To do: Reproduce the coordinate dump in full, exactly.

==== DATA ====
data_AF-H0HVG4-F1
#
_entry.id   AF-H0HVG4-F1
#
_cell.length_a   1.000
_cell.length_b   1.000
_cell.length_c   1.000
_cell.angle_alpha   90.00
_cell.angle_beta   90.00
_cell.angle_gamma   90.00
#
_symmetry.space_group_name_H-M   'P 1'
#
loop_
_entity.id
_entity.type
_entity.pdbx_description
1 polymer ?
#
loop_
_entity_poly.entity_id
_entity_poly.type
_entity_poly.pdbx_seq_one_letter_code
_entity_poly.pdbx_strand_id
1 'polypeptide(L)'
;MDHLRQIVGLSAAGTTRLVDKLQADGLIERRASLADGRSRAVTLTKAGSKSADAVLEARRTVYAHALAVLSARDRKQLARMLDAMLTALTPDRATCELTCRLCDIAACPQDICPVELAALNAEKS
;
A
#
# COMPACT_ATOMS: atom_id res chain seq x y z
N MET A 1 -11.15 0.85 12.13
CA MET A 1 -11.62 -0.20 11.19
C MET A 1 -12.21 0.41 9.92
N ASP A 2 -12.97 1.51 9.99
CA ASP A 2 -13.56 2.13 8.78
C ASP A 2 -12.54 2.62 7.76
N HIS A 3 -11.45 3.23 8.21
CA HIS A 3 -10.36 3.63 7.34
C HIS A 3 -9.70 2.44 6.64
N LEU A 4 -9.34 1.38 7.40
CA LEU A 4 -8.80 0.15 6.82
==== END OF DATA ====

data_AF-H0HVG4-F1
#
_entry.id   AF-H0HVG4-F1
#
_cell.length_a   1.000
_cell.length_b   1.000
_cell.length_c   1.000
_cell.angle_alpha   90.00
_cell.angle_beta   90.00
_cell.angle_gamma   90.00
#
_symmetry.space_group_name_H-M   'P 1'
#
loop_
_entity.id
_entity.type
_entity.pdbx_description
1 polymer ?
#
loop_
_entity_poly.entity_id
_entity_poly.type
_entity_poly.pdbx_seq_one_letter_code
_entity_poly.pdbx_strand_id
1 'polypeptide(L)'
;MDHLRQIVGLSAAGTTRLVDKLQADGLIERRASLADGRSRAVTLTKAGSKSADAVLEARRTVYAHALAVLSARDRKQLARMLDAMLTALTPDRATCELTCRLCDIAACPQDICPVELAALNAEKS
;
A
#
# COMPACT_ATOMS: atom_id res chain seq x y z
N MET A 1 -11.15 0.85 12.13
CA MET A 1 -11.62 -0.20 11.19
C MET A 1 -12.21 0.41 9.92
N ASP A 2 -12.97 1.51 9.99
CA ASP A 2 -13.56 2.13 8.78
C ASP A 2 -12.54 2.62 7.76
N HIS A 3 -11.45 3.23 8.21
CA HIS A 3 -10.36 3.63 7.34
C HIS A 3 -9.70 2.44 6.64
N LEU A 4 -9.34 1.38 7.40
CA LEU A 4 -8.80 0.15 6.82